Swaleside Prison inmates 'too scared' to leave cells
Some prisoners in Kent are too scared to leave their cells for fear they will be assaulted, a report has said.
An unannounced inspection of HMP Swaleside found staff shortages were "affecting every area of the prison".
The report said meeting the needs of some groups, such as holding Muslim Friday prayers, restricted the regime for others and created tensions.
It added that "good relations" between staff and inmates "mitigated some of the worst effects".
Nick Hardwick, chief inspector of prisons, said: "Frightened prisoners need to be identified and supported and the violence reduction policy rigorously implemented.
"Management of the use of force also requires urgent improvement."
HMP Swaleside is a category B prison and holds about 1,100 inmates.
Michael Spurr, chief executive officer of the National Offender Management Service, said: "We are actively recruiting permanent staff in prisons across the South East and Swaleside will continue to receive support until permanent staff are in place.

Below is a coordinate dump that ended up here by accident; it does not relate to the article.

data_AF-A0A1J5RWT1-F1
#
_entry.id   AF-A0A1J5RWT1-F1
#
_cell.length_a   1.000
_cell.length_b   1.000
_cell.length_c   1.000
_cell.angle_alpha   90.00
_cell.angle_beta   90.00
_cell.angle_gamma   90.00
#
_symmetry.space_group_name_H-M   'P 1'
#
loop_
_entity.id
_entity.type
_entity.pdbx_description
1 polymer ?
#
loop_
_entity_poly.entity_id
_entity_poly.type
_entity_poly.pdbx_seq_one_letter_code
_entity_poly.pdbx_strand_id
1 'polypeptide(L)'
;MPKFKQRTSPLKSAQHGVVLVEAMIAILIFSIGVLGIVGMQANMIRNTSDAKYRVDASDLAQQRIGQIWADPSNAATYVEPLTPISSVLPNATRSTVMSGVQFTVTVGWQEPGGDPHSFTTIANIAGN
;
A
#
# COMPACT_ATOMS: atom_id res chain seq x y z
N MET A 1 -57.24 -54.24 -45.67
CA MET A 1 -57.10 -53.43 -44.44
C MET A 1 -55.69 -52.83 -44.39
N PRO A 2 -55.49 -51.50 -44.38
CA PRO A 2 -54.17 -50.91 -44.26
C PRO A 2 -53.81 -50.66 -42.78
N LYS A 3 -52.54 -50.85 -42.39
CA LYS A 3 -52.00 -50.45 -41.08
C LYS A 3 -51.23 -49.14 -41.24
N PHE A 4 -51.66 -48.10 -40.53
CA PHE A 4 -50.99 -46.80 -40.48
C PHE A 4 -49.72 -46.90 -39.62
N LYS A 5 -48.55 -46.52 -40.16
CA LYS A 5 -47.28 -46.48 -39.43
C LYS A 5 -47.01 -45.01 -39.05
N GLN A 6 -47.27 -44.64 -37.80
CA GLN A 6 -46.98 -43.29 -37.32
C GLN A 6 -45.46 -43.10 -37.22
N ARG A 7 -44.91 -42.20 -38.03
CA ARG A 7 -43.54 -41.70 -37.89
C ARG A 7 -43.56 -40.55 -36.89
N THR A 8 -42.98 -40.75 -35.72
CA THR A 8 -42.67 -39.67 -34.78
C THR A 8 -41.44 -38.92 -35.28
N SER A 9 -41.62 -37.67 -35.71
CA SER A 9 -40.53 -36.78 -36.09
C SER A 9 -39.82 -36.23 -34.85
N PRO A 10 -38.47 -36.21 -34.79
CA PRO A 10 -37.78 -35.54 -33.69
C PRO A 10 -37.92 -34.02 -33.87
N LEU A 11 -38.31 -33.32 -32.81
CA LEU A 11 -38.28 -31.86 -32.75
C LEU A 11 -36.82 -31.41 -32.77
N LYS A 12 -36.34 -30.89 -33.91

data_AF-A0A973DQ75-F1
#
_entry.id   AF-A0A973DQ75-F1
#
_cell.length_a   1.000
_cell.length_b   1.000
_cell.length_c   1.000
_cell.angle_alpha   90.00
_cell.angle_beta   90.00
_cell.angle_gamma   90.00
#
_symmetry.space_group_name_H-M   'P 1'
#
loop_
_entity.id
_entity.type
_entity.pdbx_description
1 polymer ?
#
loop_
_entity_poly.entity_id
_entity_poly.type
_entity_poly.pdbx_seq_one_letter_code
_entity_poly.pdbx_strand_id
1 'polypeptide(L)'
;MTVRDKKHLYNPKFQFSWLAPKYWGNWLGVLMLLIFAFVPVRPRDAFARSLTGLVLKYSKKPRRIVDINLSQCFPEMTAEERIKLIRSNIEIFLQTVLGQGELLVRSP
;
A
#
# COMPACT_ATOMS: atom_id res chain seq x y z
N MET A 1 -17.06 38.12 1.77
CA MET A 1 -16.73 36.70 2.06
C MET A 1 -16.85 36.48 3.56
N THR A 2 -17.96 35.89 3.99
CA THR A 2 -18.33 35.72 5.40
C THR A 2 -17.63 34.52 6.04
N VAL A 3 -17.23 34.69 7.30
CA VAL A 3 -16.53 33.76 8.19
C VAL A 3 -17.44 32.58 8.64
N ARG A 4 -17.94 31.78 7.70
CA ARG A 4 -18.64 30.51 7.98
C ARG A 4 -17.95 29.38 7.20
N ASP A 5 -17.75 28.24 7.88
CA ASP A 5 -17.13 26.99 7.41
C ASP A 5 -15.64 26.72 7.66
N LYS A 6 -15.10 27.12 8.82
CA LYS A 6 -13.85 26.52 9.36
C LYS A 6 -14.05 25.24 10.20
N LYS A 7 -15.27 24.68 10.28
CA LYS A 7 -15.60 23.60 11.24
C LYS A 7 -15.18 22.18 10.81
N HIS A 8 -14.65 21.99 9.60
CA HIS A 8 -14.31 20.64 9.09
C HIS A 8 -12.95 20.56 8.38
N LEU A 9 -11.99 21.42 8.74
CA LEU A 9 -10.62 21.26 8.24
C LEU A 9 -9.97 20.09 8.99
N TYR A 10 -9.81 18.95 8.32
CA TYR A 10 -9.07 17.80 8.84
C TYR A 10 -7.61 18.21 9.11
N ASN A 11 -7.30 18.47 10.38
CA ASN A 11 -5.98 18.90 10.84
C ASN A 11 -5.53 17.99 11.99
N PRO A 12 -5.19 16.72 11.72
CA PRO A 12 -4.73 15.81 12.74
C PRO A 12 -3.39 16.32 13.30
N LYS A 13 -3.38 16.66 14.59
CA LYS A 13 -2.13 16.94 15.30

"Safety is a priority for the governor - and action will be taken to address the recommendations made in this report."
The Howard League for Penal Reform said budget cuts meant bringing in officers from other facilities was like "rearranging the deckchairs on a sinking ship".
"This is the latest in a long line of damning inspection reports showing prisons stretched beyond their limits," said Andrew Neilson, director of campaigns.
"Ministers deny there is a crisis, but the evidence is plain to see.
"Staff cuts have made Swaleside a dangerous prison. It is dangerous for prisoners and for staff, and that means it is dangerous for the public too, as men spill out back into communities more likely to cause mayhem and harm.
"Budget cuts are being felt in every prison in the land, and the solution is to send fewer people to prison in the first place."